This Historic Raleigh church has been supporting LGBT equality since the 1950s

RALEIGH-Founded in the late 1800s, the Pouren Memorial Baptist was one of the first churches to accept LGBT rights in Raleigh, North Carolina.

In the 1950s, Rev. William Wallace defended civil rights, women’s rights, and gay rights.

Nancy Petty is a symbol of his heritage.

In 2002, after ten years of ministerial and quasi-leading roles, Petty became the first female and lesbian minister to lead this 500-member historic church.

“It was a real moment of blessing and affirmation, and at the same time it was almost unrealistic. For example, is this really happening?” Said Rev. Petty.

It was a progressive decision-created over the years.

In the early 90’s, same-sex couples Kevin Turner and Stephen Churchill (both members) asked the church to congratulate their devoted union.

“I think this was one of the best decisions we’ve ever made,” said Steve Smith, a member of Pullen since the 1970s.

Steve Smith, a longtime member, recalls that Paulen’s then minister, Mahan Siler, prayed for it, endorsed the idea, and left the decision to the church.

About 90% of members are more comprehensive, and two-thirds voted to approve same-sex blessings, Smith said.

The fallout was astounding. It was the height of the AIDS epidemic, with larger societies demonizing and stereotyping homosexuals.

ABC11 found a paid ad in Raleigh News & Observer on August 16, 1987, citing the Bible’s scriptures for homosexuality.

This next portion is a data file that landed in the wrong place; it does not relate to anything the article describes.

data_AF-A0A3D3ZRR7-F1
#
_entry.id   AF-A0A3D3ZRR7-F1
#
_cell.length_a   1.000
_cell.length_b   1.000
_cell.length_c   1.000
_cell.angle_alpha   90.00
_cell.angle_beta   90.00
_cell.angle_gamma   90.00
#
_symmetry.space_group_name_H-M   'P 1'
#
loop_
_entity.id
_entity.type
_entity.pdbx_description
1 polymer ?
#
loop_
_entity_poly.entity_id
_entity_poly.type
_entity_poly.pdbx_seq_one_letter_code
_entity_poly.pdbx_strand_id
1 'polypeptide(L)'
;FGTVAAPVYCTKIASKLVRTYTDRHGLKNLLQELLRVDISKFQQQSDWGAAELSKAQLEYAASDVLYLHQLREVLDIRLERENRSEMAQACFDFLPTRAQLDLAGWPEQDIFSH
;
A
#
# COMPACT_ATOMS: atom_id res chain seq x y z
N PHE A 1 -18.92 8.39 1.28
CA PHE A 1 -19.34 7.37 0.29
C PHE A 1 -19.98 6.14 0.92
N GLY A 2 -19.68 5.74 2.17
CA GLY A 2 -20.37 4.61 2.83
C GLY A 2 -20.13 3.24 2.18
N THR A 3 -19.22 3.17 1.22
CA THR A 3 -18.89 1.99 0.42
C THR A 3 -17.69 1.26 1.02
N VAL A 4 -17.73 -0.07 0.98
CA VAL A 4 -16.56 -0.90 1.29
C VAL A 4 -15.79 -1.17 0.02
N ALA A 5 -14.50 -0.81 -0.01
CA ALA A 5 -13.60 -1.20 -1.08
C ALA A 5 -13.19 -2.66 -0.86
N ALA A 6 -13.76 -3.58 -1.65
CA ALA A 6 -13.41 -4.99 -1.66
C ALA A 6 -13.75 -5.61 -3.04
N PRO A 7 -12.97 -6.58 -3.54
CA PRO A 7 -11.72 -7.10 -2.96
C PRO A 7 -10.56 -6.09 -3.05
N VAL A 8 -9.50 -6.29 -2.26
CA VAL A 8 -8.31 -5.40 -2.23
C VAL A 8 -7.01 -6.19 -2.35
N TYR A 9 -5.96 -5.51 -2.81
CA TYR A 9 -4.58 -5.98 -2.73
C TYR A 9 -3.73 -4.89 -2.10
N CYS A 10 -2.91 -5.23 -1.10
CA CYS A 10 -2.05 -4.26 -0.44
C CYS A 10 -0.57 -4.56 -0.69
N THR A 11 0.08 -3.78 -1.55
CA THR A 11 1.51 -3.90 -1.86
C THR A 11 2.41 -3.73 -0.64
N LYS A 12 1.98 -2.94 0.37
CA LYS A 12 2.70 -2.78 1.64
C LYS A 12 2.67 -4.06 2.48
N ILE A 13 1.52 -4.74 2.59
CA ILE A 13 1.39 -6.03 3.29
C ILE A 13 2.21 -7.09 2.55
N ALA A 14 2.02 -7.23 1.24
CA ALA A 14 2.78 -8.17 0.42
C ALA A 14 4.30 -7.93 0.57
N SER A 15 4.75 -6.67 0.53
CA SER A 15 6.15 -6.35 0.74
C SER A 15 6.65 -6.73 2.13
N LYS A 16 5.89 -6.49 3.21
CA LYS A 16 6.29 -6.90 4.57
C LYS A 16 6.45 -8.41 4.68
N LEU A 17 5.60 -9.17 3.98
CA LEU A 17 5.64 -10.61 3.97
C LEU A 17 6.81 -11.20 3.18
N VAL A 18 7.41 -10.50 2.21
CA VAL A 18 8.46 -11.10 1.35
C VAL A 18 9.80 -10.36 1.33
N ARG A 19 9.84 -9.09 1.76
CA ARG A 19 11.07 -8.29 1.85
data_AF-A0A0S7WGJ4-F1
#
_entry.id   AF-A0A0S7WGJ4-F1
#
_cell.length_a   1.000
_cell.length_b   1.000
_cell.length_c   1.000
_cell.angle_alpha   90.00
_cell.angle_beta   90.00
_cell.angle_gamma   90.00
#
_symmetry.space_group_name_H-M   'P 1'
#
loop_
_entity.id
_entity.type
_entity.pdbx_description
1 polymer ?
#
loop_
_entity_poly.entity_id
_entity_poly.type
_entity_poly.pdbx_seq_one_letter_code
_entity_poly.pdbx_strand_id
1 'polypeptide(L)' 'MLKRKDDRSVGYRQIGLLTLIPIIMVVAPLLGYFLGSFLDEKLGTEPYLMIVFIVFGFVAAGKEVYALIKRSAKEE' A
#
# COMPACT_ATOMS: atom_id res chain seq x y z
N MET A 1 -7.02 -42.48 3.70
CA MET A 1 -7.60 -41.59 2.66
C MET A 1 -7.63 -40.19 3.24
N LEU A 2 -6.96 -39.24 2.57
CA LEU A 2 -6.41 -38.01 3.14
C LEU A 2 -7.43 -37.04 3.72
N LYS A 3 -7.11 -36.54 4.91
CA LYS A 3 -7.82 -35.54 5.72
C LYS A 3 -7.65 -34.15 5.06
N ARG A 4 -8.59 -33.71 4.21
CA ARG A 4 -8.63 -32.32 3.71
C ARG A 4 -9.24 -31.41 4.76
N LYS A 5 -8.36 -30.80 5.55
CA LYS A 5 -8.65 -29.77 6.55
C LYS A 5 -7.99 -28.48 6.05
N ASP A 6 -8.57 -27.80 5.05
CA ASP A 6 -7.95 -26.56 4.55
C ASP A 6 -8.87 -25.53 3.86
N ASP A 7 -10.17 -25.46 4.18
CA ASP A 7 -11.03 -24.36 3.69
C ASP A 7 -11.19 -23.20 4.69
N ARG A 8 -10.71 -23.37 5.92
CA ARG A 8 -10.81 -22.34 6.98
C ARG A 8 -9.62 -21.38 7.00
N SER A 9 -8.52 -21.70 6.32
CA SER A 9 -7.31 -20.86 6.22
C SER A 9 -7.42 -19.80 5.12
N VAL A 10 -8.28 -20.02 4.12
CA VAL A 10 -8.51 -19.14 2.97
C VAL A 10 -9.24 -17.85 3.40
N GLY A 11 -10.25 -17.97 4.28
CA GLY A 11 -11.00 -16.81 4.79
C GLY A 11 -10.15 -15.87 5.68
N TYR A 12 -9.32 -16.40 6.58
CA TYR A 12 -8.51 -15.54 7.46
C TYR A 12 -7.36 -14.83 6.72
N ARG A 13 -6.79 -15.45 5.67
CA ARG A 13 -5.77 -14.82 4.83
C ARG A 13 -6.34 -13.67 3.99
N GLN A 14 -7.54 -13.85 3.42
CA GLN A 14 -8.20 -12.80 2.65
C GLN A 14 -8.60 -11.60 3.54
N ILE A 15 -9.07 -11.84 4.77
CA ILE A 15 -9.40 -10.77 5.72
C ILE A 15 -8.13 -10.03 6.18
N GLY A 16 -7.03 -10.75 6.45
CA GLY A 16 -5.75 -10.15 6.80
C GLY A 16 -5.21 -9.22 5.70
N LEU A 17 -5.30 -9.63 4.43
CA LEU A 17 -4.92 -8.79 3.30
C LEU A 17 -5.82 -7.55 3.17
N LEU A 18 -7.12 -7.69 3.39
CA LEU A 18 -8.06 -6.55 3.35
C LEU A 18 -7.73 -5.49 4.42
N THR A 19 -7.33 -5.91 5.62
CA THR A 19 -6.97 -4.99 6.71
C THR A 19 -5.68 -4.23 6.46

“We were picketed. We were kicked out of local, state and national Baptist associations,” Smith said. “Kicking out the congregation to determine faith is as non-Baptist as you can. We have new members. Gays, lesbians, and people like my wife and me are family members. Wanted to grow in a community like this. “

That’s why he led Dave Parnell and Jeff Evans to Poolen in the mid-’90s.

Parnell read, welcomed, and affirmed N & O’s editorial from Rev. Siler.

In February 2004, the couple celebrated the holy union at the church here.

“It was the greatest blessing we could have imagined,” Parnell said.

“It’s hard or hard for us to talk without choking, because we didn’t expect it to happen,” Evans added. “Fear. Fear. The wounds we have experienced for over 20 years are what young people do not know. People called us metamorphosis.”

Fast forward to today.Standing from a church sermon this summer, North Carolina’s first Black Vice Governor Mark Robinson receiving praise and public backlashHis stance on LGBT books in public schools, including the White House.

“There’s no reason to talk to kids about transgender, homosexuality, and their filth anywhere in America. Yes, I called it filth,” he said.

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Rev. Petty says Robinson’s comments offend her.

“Our transgender brothers, our youth are there, and now they need our voice as strongly as I need, and Jeff and Dave have been for 30 years. I needed it before, “Petty said. “The work goes on, and we have to be about that work.”

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This Historic Raleigh church has been supporting LGBT equality since the 1950s Source link This Historic Raleigh church has been supporting LGBT equality since the 1950s

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